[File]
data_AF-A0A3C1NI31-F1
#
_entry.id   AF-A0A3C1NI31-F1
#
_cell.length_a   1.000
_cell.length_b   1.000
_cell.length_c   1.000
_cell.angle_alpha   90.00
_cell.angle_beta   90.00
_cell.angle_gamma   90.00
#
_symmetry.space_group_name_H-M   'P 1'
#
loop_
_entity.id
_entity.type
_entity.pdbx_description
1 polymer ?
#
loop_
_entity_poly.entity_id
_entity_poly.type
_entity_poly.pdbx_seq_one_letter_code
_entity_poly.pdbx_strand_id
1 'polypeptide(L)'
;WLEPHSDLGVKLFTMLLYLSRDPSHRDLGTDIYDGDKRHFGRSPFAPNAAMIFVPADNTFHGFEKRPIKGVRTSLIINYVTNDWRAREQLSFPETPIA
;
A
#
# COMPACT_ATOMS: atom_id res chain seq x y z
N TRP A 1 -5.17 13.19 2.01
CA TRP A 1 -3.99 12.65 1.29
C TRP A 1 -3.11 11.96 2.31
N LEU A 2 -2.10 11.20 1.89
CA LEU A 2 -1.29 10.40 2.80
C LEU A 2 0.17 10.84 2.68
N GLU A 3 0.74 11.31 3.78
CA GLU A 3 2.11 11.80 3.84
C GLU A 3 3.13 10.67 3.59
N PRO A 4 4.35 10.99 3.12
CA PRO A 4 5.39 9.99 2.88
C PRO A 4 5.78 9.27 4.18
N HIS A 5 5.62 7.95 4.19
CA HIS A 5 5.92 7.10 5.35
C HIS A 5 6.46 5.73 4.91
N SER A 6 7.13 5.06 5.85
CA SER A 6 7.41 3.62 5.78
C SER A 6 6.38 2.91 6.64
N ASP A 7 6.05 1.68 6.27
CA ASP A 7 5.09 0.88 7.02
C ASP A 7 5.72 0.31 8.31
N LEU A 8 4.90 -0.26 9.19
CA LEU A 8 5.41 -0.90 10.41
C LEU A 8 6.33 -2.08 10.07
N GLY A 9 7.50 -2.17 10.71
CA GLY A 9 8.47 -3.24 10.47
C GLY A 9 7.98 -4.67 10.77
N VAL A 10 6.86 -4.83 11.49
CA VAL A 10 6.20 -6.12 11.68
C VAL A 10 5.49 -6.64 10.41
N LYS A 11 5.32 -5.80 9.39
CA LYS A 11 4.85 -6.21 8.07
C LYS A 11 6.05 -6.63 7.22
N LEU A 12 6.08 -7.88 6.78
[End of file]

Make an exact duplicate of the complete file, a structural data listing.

data_AF-A0A3C1NI31-F1
#
_entry.id   AF-A0A3C1NI31-F1
#
_cell.length_a   1.000
_cell.length_b   1.000
_cell.length_c   1.000
_cell.angle_alpha   90.00
_cell.angle_beta   90.00
_cell.angle_gamma   90.00
#
_symmetry.space_group_name_H-M   'P 1'
#
loop_
_entity.id
_entity.type
_entity.pdbx_description
1 polymer ?
#
loop_
_entity_poly.entity_id
_entity_poly.type
_entity_poly.pdbx_seq_one_letter_code
_entity_poly.pdbx_strand_id
1 'polypeptide(L)'
;WLEPHSDLGVKLFTMLLYLSRDPSHRDLGTDIYDGDKRHFGRSPFAPNAAMIFVPADNTFHGFEKRPIKGVRTSLIINYVTNDWRAREQLSFPETPIA
;
A
#
# COMPACT_ATOMS: atom_id res chain seq x y z
N TRP A 1 -5.17 13.19 2.01
CA TRP A 1 -3.99 12.65 1.29
C TRP A 1 -3.11 11.96 2.31
N LEU A 2 -2.10 11.20 1.89
CA LEU A 2 -1.29 10.40 2.80
C LEU A 2 0.17 10.84 2.68
N GLU A 3 0.74 11.31 3.78
CA GLU A 3 2.11 11.80 3.84
C GLU A 3 3.13 10.67 3.59
N PRO A 4 4.35 10.99 3.12
CA PRO A 4 5.39 9.99 2.88
C PRO A 4 5.78 9.27 4.18
N HIS A 5 5.62 7.95 4.19
CA HIS A 5 5.92 7.10 5.35
C HIS A 5 6.46 5.73 4.91
N SER A 6 7.13 5.06 5.85
CA SER A 6 7.41 3.62 5.78
C SER A 6 6.38 2.91 6.64
N ASP A 7 6.05 1.68 6.27
CA ASP A 7 5.09 0.88 7.02
C ASP A 7 5.72 0.31 8.31
N LEU A 8 4.90 -0.26 9.19
CA LEU A 8 5.41 -0.90 10.41
C LEU A 8 6.33 -2.08 10.07
N GLY A 9 7.50 -2.17 10.71
CA GLY A 9 8.47 -3.24 10.47
C GLY A 9 7.98 -4.67 10.77
N VAL A 10 6.86 -4.83 11.49
CA VAL A 10 6.20 -6.12 11.68
C VAL A 10 5.49 -6.64 10.41
N LYS A 11 5.32 -5.80 9.39
CA LYS A 11 4.85 -6.21 8.07
C LYS A 11 6.05 -6.63 7.22
N LEU A 12 6.08 -7.88 6.78